Oddly, though, hospital visits don't seem to peak on holidays like Christmas Day and New Year's Eve . Rather, emergency department traffic gets a significant bump after these holidays -- suggesting that many "tough it out" with holiday injuries, at least for the day.
"Before and particularly afterward, patients tend to put off problems," said Dr. Stephen Hargarten, chairman of emergency medicine at the Medical College of Wisconsin. "They want to make it through the holidays."
"Family holidays tend to be quiet; people evidently prefer to be at home with friends and family," said Dr. Cai Glushak, international medical director for Chicago-based AXA Assistance. "On the other hand, the day after a holiday is typically horrendous -- everyone who held out over a spontaneous problem comes in even sicker; people with congestive heart failure and on dialysis are often fluid overloaded and have eaten a high salt load."
"Really, we're so busy every day, these 'holiday-related entities' are somewhat of a bump in the road -- although admittedly, they affect us a little more as sentimentally sad and tragic given the holiday circumstance," Pepe added.
Fortunately, avoiding holiday-related injuries often depends on following a few common-sense tips -- what Pepe termed "duh, duh, duh stuff."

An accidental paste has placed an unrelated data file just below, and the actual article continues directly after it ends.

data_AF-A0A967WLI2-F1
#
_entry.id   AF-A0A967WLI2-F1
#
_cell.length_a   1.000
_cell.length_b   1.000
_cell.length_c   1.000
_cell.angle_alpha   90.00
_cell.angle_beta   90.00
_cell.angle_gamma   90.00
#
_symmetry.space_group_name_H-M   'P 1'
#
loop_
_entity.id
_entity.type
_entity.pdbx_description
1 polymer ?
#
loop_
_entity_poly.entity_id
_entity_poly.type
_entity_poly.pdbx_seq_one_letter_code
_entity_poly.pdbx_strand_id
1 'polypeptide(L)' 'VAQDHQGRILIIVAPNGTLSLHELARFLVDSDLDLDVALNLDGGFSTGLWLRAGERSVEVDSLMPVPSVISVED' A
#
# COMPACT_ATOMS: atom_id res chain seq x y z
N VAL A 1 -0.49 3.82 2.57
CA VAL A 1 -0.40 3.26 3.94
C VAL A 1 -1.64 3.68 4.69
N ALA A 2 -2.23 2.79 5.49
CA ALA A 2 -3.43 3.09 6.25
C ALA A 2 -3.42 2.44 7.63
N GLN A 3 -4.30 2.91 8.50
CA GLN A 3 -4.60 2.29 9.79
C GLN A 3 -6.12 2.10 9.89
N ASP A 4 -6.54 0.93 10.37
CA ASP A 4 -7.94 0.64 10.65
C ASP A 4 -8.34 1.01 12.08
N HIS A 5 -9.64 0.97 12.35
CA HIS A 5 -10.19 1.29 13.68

"Don't leave home unless you really have to. Other people on the roadways are drunk and driving," he said. "Don't drink and drive yourself. If you have to go out, use designated drivers."
For those with infants and small children with a taste for anything shiny, precautions are needed to keep tinsel and glass ornaments out of reach.
"Make sure decorations and toys are safe for children," Glushak added.
Those with special needs -- dialysis patients, for example -- should head into the holidays prepared. This means getting fully dialyzed before the celebrations. And people on low-salt diets should take care not to overindulge in their favorite holiday delicacies.
Last but not least, those who plan on decorating their homes may do best to leave the dangerous stuff to the pros.
"If you really want to do high-level lighting, get someone professional -- or at least more expert -- to deal with decorating, and use better sense when going to heights," Pepe urged.
It's a tip that Rand may well take to heart this year as her family prepares to decorate once more for the holidays.
"Anything can and will go wrong this time of year," Rand says. "I would just say keep a good sense of humor -- and know who the nearest doctor is."